The readings of this week remind me of Bloom’s Taxonomy, where it categorizes learning into 6 cognitive learning levels, from rudimentary learning to advanced learning: remember, understand, apply, analyze, create and evaluate. The traditional assessment focuses more on checking the cognitive learning level 1-3 (remember, understand and apply), while the authentic assessment focuses more on the level 4-6 learning (analyze, create and evaluate).
This authentic assessment is more time consuming than the traditional one, as Lombardi and Oblinger also mentioned in their paper, therefore it is harder for professor to adopt it given the time constraint within current tenure track evaluation system. I know most university offers position of instructor, who serves 100% duty in teaching. By doing that, the teachers can spend more time in designing the classes and assessing students’ performance to facilitate higher cognitive learning. This 100% teaching based placement is good. But the fact is people still value research higher than teaching. If instructor doesn’t obtain similar recognition as the research based professor in their tenure track (if there is one), then it would be a discouragement for the 100% teaching based instructor. So the way I see this change from traditional assessment to authentic assessment is more of the evolution of the university assessment system on teachers and professors as a whole, rather than the change of teachers alone.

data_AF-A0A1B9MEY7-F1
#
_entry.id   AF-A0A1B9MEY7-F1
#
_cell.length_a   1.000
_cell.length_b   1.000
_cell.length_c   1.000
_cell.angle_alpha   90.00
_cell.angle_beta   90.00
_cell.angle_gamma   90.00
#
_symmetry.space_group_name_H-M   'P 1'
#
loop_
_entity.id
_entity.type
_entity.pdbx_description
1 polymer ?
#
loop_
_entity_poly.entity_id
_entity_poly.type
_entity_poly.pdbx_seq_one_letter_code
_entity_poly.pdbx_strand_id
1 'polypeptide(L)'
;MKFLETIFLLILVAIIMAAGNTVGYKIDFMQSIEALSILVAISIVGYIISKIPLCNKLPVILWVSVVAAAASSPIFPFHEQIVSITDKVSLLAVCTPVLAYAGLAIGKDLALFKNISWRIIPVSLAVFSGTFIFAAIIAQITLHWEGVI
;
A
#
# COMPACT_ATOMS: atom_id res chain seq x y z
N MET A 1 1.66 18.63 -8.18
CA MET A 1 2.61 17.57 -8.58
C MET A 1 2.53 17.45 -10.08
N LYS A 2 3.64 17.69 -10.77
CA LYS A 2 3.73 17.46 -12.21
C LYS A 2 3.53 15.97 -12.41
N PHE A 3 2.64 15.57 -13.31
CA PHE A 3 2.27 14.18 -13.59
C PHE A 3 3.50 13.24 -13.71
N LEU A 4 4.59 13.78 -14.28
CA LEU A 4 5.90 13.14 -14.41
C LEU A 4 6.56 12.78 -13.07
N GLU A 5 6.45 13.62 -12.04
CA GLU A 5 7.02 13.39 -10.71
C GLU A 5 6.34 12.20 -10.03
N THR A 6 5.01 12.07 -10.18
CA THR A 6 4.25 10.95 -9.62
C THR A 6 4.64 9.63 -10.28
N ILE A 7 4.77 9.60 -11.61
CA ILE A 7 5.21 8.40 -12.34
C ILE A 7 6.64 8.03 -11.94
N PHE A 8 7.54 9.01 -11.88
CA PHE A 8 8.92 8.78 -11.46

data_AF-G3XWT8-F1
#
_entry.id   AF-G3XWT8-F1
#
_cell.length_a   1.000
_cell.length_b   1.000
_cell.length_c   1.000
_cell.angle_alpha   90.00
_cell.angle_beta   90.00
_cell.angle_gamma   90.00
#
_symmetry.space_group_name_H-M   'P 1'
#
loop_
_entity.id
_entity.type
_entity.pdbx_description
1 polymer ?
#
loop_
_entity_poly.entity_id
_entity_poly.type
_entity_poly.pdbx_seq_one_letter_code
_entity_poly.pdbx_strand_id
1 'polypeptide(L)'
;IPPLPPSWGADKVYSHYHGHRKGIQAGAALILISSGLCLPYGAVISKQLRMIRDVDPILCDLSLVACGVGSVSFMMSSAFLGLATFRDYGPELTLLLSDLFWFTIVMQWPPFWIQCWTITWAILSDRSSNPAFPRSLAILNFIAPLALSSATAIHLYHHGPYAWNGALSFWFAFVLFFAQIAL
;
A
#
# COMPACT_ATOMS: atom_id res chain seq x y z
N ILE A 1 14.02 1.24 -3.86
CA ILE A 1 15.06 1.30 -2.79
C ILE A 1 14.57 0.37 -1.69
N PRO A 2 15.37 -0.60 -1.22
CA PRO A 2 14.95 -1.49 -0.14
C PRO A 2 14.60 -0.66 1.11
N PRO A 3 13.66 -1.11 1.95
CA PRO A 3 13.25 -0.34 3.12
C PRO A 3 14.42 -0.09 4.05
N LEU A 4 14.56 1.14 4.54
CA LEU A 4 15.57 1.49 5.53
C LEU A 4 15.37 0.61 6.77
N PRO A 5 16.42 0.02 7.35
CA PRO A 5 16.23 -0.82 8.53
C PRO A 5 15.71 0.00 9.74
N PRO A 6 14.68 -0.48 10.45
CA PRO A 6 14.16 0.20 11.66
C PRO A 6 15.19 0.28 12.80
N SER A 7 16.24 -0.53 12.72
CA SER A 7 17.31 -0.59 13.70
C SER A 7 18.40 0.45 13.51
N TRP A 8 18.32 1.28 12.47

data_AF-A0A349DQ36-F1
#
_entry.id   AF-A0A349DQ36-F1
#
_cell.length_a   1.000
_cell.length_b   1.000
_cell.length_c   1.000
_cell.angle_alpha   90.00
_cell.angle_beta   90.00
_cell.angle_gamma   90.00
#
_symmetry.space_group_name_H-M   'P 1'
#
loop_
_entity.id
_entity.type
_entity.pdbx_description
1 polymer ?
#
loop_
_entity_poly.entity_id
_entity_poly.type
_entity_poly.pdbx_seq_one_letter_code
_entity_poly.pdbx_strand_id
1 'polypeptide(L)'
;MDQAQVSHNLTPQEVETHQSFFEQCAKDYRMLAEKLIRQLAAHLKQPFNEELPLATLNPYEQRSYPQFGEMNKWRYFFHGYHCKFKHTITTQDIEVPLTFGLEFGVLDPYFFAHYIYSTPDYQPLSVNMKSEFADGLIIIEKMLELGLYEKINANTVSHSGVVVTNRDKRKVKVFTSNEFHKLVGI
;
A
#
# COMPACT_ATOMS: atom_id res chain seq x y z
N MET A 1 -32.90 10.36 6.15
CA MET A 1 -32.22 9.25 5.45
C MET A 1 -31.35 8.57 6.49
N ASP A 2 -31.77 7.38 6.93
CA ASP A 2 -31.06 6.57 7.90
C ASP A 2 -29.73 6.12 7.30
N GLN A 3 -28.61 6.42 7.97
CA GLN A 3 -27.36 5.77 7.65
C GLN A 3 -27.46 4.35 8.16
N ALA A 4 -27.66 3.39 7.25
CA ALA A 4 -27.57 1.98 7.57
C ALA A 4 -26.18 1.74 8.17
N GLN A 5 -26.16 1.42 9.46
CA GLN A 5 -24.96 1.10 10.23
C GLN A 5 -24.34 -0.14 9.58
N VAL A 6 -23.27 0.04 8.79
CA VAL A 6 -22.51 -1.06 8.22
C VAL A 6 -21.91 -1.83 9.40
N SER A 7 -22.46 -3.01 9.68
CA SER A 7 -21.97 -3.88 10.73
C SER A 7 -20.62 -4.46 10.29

The second challenge comes from the subjectiveness in authentic assessment. The evaluation of cognitive learning level 4-6 is more subjective than the traditional one. Therefore we would always assume that the teacher would be at a better (or higher) position to evaluate students. However, this won’t always be true, especially in fields like arts. I am even more suspicious as I read “Imagination First” by Eric Liu and Scott Nppe-Drandon. The authors try to demystify imagination. But the authors failed to say that imagination is judged by what standards. The appreciation of imagination is even more subjective than the authentic assessment. Therefore who would have the authority to judge? What if the teacher fails to notice the value of the assessments of a genius? Like Van Gogh, whose painting was not appreciated by audiences of his time, thus led a poor and miserable life. Those are the questions I think we, as a teacher, need to keep in mind when we assess students.